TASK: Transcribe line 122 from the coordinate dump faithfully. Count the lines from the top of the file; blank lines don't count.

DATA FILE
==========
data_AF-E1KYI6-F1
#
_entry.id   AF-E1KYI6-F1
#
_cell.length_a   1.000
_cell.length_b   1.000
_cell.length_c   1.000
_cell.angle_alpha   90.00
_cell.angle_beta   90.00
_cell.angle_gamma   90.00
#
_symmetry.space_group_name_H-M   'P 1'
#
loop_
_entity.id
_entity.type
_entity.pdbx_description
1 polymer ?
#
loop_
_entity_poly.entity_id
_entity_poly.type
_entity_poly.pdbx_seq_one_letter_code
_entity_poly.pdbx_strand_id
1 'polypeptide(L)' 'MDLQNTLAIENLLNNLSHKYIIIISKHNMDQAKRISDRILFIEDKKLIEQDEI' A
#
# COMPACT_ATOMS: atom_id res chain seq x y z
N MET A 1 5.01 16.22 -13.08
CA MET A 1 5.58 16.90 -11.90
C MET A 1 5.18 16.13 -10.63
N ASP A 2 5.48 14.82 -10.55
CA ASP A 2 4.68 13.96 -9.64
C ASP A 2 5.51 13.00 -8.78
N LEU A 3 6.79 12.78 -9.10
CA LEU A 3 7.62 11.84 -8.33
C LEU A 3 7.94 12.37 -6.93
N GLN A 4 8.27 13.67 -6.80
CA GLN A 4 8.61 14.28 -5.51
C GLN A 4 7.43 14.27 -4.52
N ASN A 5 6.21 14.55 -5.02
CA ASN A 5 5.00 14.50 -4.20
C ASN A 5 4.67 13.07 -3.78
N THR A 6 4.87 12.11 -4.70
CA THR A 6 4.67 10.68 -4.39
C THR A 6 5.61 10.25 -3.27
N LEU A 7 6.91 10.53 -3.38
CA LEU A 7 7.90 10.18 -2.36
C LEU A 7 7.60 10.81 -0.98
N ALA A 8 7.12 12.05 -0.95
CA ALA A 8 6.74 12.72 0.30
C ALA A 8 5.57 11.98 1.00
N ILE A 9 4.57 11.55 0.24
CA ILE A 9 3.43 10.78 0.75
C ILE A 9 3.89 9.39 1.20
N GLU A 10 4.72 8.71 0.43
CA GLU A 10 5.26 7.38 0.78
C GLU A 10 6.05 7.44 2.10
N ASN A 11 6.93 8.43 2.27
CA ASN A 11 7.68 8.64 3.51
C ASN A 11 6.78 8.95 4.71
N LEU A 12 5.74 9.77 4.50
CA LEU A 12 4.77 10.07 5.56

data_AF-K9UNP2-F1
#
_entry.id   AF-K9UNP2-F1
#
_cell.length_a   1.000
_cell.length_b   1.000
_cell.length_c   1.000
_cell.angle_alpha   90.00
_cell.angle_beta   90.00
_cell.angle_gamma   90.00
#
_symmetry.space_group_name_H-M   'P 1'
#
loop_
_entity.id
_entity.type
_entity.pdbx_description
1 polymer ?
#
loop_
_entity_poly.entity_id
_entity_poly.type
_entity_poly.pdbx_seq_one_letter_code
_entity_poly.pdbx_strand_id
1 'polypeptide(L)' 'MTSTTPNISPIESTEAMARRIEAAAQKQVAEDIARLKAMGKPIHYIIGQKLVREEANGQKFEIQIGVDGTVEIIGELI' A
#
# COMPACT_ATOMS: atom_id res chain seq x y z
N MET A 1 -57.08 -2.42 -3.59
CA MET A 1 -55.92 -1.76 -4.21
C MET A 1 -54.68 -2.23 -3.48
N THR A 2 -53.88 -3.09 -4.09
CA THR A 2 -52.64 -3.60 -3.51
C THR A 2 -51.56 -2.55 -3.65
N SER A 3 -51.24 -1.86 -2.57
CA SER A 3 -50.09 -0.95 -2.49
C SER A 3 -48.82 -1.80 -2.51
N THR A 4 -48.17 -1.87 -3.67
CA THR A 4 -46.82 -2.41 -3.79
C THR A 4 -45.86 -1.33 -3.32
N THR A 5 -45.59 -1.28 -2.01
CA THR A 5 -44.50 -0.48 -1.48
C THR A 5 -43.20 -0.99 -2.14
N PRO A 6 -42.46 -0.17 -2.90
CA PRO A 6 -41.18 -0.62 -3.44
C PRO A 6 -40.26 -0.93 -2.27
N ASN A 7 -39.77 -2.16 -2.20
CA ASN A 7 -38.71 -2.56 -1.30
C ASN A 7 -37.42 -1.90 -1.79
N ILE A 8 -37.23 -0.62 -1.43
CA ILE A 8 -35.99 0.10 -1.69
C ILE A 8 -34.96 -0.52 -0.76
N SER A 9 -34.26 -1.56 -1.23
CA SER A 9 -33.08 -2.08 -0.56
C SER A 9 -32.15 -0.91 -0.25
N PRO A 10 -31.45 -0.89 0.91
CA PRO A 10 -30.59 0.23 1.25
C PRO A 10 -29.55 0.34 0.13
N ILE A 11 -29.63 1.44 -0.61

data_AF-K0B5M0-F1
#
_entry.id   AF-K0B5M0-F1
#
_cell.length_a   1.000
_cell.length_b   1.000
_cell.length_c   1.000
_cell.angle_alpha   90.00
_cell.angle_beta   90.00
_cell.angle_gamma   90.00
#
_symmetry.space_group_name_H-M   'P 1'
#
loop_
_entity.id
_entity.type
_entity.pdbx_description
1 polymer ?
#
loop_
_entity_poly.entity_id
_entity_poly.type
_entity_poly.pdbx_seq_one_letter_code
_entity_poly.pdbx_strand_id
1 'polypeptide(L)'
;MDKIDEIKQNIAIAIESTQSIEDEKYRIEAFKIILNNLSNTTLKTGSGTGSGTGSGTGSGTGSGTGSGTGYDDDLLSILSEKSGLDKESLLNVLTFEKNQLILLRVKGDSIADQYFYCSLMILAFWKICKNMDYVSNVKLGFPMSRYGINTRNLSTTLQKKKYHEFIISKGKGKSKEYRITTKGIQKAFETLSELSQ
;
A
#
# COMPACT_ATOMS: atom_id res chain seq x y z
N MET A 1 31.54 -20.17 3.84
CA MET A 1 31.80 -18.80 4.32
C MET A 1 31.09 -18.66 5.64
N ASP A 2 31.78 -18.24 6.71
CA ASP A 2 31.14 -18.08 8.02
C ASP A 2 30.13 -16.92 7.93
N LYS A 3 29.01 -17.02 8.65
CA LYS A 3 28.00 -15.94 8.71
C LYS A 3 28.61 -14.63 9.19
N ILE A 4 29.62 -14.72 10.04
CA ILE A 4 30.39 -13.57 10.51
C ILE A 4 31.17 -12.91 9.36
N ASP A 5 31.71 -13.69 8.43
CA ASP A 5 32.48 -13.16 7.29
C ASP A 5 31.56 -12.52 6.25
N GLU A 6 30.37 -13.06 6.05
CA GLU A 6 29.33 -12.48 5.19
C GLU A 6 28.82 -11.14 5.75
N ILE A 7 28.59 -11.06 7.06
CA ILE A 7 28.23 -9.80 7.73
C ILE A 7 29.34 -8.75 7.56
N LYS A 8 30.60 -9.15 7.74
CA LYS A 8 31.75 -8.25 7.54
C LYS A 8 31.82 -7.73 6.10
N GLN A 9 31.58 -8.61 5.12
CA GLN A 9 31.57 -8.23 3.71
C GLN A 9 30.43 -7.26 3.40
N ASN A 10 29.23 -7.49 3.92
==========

#